About St Hugh’s College
St Hugh’s is a relatively young college by University of Oxford standards, having been founded in 1886. Its founder, Elizabeth Wordsworth (William Wordsworth’s great-niece) wanted – in face of considerable opposition – to make an Oxford education available to women. While the college now accepts students of all genders, it still holds to its radical tradition and focuses on providing an Oxford education to anyone with the academic skills required, regardless of their background.
St Hugh’s is one of Oxford’s largest colleges, able to accommodate all of its 600 students on-site. Its architecture is mostly traditional with some newer buildings, and its sizeable gardens are described as the most beautiful in Oxford.
Despite its relatively recent foundation, St Hugh’s has an impressive roll-call of alumni, including the suffragette Emily Davison, the current Prime Minister Theresa May, the writer Joanna Trollope, and the Burmese politician Aung San Suu Kyi.
St Hugh’s is located in North Oxford, close to the University Parks and the Pitt Rivers Museum.
Students will be accommodated in spacious and modern single rooms, which are standard undergraduate bedrooms. The majority of bathrooms are en suite. Male and female students will be separated by corridor and/or staircases.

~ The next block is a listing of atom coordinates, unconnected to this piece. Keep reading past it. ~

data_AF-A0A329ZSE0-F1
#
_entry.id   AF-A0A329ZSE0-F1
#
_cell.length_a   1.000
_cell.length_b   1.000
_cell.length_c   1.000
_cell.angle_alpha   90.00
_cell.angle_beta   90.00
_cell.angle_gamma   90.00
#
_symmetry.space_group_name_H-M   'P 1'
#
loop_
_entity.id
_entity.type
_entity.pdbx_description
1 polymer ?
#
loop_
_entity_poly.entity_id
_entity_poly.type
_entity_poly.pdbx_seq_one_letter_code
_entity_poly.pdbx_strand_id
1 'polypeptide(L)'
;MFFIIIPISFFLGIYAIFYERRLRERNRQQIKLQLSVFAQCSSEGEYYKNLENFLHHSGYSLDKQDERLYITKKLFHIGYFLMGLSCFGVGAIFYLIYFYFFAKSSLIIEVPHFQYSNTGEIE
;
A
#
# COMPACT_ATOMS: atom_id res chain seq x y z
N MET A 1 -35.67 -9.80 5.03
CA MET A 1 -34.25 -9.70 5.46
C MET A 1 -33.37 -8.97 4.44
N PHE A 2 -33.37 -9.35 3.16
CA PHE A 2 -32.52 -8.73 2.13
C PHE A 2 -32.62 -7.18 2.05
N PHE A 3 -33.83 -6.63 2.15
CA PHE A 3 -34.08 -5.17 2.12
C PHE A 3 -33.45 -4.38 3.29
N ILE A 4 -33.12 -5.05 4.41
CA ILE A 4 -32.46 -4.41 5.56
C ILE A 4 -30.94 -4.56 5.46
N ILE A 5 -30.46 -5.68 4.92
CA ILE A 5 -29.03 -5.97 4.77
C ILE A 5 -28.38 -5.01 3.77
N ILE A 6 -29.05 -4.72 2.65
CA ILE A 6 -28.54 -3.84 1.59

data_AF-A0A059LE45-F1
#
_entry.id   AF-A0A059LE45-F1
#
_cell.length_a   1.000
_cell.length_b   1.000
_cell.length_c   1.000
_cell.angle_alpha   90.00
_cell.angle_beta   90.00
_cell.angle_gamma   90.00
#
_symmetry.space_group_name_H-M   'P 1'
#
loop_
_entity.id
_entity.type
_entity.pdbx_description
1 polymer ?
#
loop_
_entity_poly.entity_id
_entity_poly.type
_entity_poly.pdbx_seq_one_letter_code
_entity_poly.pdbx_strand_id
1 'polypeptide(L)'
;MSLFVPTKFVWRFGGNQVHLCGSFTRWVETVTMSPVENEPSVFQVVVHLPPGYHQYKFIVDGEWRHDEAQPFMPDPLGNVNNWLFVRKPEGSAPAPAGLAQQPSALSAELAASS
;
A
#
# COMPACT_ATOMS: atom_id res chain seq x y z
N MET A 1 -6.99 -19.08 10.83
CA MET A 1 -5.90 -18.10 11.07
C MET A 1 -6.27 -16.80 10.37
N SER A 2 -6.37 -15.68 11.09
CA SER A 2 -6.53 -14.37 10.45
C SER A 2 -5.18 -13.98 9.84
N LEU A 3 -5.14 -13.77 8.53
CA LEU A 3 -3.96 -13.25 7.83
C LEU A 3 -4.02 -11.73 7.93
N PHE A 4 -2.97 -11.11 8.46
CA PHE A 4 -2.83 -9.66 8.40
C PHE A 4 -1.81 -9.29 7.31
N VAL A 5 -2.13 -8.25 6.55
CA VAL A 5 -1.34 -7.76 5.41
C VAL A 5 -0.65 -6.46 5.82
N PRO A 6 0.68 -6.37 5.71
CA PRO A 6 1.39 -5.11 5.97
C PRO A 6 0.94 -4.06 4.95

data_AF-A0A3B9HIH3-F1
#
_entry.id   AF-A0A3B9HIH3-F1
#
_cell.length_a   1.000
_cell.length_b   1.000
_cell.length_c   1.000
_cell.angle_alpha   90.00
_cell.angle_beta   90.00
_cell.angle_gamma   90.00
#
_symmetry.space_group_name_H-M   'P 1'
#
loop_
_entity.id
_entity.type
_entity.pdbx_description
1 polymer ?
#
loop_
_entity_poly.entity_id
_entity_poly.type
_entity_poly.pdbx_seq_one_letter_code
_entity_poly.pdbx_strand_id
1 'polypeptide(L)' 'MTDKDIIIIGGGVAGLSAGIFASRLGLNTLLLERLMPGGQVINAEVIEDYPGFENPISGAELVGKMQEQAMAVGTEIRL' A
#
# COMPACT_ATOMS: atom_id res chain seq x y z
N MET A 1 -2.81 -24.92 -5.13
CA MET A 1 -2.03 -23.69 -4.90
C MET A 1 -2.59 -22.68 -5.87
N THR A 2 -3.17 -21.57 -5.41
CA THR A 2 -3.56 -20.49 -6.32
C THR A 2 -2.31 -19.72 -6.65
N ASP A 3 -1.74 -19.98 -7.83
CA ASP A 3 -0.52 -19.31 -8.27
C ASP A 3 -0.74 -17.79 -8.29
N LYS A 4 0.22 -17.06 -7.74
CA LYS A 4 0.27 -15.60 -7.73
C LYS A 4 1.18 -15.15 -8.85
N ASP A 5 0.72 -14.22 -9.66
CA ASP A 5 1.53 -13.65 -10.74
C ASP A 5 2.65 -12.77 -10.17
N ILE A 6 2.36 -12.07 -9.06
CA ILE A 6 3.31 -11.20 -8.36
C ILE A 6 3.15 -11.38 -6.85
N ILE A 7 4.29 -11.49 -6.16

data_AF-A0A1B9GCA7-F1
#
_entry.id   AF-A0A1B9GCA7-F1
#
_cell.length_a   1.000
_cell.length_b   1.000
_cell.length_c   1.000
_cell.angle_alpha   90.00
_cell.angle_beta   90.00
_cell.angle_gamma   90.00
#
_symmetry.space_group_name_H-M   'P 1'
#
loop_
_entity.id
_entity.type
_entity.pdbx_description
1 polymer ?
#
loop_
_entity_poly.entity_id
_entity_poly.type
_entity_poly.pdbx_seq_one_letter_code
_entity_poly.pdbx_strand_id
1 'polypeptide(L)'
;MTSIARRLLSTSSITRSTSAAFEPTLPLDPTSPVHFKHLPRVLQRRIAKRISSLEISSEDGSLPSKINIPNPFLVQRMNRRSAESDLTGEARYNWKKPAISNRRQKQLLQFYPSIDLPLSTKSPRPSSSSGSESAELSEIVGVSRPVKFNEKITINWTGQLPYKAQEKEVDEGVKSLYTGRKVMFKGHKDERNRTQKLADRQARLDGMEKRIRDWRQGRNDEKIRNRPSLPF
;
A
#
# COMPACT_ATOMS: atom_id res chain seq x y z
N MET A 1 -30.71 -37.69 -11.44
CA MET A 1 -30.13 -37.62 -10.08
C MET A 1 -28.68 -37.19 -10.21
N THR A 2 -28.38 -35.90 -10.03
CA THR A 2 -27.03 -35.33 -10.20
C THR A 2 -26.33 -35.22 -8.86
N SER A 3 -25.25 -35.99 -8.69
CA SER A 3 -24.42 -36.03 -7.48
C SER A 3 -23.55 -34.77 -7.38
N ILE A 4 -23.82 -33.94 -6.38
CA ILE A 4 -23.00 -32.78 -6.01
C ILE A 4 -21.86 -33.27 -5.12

Safety and security on campus
In the college, students are overseen by the Programme Director, who implements the day-to-day running of the programme. The Director is assisted by a team of Counsellors who very often are current members of the University of Oxford.
The Counsellors ensure that students are looked after pastorally, culturally and socially during their programme. Students are able to talk informally and frankly to the Counsellors in order to raise concerns or to discuss university applications.
Each campus has a few members of residential staff who live in the college throughout the programme and are able to assist students at any time of the day or night.
Read more about ORA and the University of Oxford.